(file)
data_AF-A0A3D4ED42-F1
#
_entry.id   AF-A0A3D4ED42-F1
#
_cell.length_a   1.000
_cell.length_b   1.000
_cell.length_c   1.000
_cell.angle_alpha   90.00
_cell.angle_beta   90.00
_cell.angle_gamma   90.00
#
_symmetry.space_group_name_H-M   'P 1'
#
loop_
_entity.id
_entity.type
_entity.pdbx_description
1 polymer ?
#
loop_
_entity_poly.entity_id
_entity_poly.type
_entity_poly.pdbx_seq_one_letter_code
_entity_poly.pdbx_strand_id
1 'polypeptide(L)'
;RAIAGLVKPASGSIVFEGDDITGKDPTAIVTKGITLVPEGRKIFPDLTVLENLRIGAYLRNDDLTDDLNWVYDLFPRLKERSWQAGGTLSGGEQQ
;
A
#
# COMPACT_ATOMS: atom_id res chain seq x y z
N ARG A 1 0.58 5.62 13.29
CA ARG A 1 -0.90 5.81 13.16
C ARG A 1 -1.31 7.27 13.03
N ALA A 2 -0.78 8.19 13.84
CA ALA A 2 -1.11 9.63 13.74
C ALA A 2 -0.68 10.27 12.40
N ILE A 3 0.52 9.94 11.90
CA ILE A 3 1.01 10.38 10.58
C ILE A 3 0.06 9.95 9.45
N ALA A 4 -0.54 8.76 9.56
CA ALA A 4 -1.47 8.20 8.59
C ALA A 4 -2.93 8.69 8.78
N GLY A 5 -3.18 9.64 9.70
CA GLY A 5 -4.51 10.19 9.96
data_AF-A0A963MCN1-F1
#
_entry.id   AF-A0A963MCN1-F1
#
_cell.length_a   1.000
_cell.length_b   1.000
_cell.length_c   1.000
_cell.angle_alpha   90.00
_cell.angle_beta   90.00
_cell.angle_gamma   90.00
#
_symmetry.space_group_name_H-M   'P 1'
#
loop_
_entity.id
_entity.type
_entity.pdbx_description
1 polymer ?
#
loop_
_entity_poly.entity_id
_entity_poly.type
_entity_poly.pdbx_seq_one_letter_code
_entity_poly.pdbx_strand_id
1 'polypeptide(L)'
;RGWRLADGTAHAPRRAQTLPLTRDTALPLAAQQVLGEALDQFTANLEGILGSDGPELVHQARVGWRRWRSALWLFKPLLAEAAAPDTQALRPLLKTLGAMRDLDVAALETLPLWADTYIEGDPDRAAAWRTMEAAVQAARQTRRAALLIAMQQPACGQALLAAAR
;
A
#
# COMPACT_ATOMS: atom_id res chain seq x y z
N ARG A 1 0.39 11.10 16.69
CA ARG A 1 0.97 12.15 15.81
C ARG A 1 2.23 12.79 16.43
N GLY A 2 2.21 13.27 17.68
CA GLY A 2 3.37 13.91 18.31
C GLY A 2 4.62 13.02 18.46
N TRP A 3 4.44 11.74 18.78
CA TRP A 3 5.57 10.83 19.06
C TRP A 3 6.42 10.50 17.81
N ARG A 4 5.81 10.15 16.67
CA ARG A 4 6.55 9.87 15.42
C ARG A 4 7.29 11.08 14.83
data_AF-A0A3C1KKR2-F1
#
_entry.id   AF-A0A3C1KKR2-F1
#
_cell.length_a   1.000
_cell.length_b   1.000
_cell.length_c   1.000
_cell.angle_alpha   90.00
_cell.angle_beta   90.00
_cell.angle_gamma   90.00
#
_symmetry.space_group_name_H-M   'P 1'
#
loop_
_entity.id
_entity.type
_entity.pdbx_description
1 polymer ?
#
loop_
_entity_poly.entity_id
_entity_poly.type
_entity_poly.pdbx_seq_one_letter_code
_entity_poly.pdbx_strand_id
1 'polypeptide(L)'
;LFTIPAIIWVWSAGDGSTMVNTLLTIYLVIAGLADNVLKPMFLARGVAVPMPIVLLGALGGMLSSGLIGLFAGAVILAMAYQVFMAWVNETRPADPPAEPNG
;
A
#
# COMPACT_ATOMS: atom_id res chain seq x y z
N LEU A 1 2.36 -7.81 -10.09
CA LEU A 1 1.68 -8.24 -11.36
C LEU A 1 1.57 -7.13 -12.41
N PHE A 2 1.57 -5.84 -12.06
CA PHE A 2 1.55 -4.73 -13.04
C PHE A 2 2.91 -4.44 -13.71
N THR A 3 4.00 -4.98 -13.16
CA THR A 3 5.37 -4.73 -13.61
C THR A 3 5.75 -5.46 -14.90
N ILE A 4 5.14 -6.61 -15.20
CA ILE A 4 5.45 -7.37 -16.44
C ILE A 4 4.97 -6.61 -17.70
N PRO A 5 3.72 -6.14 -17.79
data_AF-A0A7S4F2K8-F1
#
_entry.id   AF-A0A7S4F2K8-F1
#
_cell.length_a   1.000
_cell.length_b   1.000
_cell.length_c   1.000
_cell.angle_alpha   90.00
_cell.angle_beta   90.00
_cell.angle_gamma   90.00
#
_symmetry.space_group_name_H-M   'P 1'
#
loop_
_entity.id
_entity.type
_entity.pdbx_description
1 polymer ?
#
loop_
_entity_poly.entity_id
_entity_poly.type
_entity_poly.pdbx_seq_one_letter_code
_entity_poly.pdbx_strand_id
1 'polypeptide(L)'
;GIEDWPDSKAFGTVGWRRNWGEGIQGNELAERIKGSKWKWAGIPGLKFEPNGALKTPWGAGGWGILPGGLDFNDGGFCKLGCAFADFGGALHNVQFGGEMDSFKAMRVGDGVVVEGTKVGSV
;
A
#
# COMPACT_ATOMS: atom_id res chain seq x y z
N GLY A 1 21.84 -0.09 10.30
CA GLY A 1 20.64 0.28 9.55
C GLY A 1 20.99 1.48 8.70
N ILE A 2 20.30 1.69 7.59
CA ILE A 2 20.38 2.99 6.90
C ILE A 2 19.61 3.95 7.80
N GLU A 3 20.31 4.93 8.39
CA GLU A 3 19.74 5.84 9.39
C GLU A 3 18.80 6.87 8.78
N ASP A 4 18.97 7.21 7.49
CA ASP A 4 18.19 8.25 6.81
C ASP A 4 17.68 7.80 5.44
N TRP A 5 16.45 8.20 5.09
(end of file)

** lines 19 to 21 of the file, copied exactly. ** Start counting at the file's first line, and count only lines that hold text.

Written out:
#
loop_
_entity_poly.entity_id